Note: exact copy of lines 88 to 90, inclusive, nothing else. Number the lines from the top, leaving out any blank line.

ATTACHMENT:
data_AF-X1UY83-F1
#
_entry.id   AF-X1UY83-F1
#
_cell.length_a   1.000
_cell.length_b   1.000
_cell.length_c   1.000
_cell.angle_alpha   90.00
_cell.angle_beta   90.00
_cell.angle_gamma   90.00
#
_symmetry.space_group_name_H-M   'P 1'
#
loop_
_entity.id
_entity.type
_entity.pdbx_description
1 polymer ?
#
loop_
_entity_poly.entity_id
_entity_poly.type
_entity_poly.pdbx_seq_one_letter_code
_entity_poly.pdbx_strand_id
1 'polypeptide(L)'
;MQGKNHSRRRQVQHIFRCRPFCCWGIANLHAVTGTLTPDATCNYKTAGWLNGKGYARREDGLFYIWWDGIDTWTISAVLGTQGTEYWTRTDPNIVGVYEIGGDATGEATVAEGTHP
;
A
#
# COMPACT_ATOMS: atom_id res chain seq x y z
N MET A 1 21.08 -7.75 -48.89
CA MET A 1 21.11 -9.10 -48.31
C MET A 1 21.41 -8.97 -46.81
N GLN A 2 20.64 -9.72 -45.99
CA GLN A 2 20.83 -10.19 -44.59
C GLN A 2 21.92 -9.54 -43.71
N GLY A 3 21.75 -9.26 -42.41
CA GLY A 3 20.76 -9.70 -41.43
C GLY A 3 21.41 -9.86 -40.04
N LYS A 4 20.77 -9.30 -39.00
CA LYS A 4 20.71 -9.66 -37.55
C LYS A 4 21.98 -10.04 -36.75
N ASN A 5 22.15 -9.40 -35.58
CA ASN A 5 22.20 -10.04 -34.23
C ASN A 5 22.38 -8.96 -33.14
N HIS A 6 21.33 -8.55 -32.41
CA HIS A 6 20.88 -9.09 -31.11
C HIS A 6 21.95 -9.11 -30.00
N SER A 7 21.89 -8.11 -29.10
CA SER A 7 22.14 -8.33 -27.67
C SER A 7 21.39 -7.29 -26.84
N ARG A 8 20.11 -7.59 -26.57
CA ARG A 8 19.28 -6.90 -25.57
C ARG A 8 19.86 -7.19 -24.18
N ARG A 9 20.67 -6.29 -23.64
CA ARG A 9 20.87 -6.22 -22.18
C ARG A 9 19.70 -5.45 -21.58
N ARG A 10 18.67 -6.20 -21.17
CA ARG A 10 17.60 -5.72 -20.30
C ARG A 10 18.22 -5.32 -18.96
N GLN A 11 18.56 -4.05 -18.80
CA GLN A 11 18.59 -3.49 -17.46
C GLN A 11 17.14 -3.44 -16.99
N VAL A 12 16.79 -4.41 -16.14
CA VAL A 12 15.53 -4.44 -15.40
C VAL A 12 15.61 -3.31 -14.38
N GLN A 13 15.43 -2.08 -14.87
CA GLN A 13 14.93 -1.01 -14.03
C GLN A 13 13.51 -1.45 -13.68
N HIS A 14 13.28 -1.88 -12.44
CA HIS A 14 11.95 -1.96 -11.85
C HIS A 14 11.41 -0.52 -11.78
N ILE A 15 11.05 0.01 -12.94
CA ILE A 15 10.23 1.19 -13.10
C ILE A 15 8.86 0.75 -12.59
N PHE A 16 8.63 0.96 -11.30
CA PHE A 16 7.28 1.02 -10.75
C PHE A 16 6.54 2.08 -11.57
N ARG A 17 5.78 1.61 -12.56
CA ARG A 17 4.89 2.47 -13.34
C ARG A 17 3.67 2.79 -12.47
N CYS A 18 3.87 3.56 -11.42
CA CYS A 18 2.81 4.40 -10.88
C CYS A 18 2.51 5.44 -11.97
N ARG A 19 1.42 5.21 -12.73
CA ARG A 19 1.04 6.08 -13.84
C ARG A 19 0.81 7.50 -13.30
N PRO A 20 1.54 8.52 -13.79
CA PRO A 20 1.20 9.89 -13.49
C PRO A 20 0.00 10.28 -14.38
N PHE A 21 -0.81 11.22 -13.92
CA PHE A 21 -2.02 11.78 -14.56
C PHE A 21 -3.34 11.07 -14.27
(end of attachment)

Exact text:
N PRO A 20 1.54 8.52 -13.79
CA PRO A 20 1.20 9.89 -13.49
C PRO A 20 0.00 10.28 -14.38